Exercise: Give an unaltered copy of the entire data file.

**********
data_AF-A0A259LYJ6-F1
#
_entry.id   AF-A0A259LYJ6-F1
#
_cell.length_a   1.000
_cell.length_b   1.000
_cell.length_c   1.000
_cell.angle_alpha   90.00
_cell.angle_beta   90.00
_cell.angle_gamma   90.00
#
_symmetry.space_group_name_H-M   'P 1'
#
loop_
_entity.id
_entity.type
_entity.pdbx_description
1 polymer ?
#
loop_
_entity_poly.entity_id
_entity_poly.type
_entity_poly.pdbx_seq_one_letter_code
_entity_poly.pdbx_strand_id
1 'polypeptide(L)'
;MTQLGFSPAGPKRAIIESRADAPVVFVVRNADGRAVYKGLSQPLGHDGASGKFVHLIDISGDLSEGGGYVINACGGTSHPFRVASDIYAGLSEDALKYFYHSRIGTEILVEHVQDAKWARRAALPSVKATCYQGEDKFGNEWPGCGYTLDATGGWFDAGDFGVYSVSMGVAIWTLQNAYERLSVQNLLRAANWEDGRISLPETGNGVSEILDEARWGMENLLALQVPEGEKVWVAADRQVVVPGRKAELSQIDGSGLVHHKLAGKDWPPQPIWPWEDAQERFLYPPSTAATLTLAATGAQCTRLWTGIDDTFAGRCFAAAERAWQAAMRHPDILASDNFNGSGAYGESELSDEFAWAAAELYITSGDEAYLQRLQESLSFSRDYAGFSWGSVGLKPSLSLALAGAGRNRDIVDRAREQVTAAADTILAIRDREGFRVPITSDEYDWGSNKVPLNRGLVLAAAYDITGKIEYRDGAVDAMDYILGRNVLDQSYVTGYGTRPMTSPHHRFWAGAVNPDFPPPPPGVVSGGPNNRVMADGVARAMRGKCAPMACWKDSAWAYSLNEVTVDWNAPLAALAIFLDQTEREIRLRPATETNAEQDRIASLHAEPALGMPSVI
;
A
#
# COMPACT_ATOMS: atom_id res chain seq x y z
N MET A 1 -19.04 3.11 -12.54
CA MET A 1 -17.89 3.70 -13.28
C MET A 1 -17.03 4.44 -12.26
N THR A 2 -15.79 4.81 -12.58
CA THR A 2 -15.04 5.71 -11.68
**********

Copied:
data_AF-A0A259LYJ6-F1
#
_entry.id   AF-A0A259LYJ6-F1
#
_cell.length_a   1.000
_cell.length_b   1.000
_cell.length_c   1.000
_cell.angle_alpha   90.00
_cell.angle_beta   90.00
_cell.angle_gamma   90.00
#
_symmetry.space_group_name_H-M   'P 1'
#
loop_
_entity.id
_entity.type
_entity.pdbx_description
1 polymer ?
#
loop_
_entity_poly.entity_id
_entity_poly.type
_entity_poly.pdbx_seq_one_letter_code
_entity_poly.pdbx_strand_id
1 'polypeptide(L)'
;MTQLGFSPAGPKRAIIESRADAPVVFVVRNADGRAVYKGLSQPLGHDGASGKFVHLIDISGDLSEGGGYVINACGGTSHPFRVASDIYAGLSEDALKYFYHSRIGTEILVEHVQDAKWARRAALPSVKATCYQGEDKFGNEWPGCGYTLDATGGWFDAGDFGVYSVSMGVAIWTLQNAYERLSVQNLLRAANWEDGRISLPETGNGVSEILDEARWGMENLLALQVPEGEKVWVAADRQVVVPGRKAELSQIDGSGLVHHKLAGKDWPPQPIWPWEDAQERFLYPPSTAATLTLAATGAQCTRLWTGIDDTFAGRCFAAAERAWQAAMRHPDILASDNFNGSGAYGESELSDEFAWAAAELYITSGDEAYLQRLQESLSFSRDYAGFSWGSVGLKPSLSLALAGAGRNRDIVDRAREQVTAAADTILAIRDREGFRVPITSDEYDWGSNKVPLNRGLVLAAAYDITGKIEYRDGAVDAMDYILGRNVLDQSYVTGYGTRPMTSPHHRFWAGAVNPDFPPPPPGVVSGGPNNRVMADGVARAMRGKCAPMACWKDSAWAYSLNEVTVDWNAPLAALAIFLDQTEREIRLRPATETNAEQDRIASLHAEPALGMPSVI
;
A
#
# COMPACT_ATOMS: atom_id res chain seq x y z
N MET A 1 -19.04 3.11 -12.54
CA MET A 1 -17.89 3.70 -13.28
C MET A 1 -17.03 4.44 -12.26
N THR A 2 -15.79 4.81 -12.58
CA THR A 2 -15.04 5.71 -11.68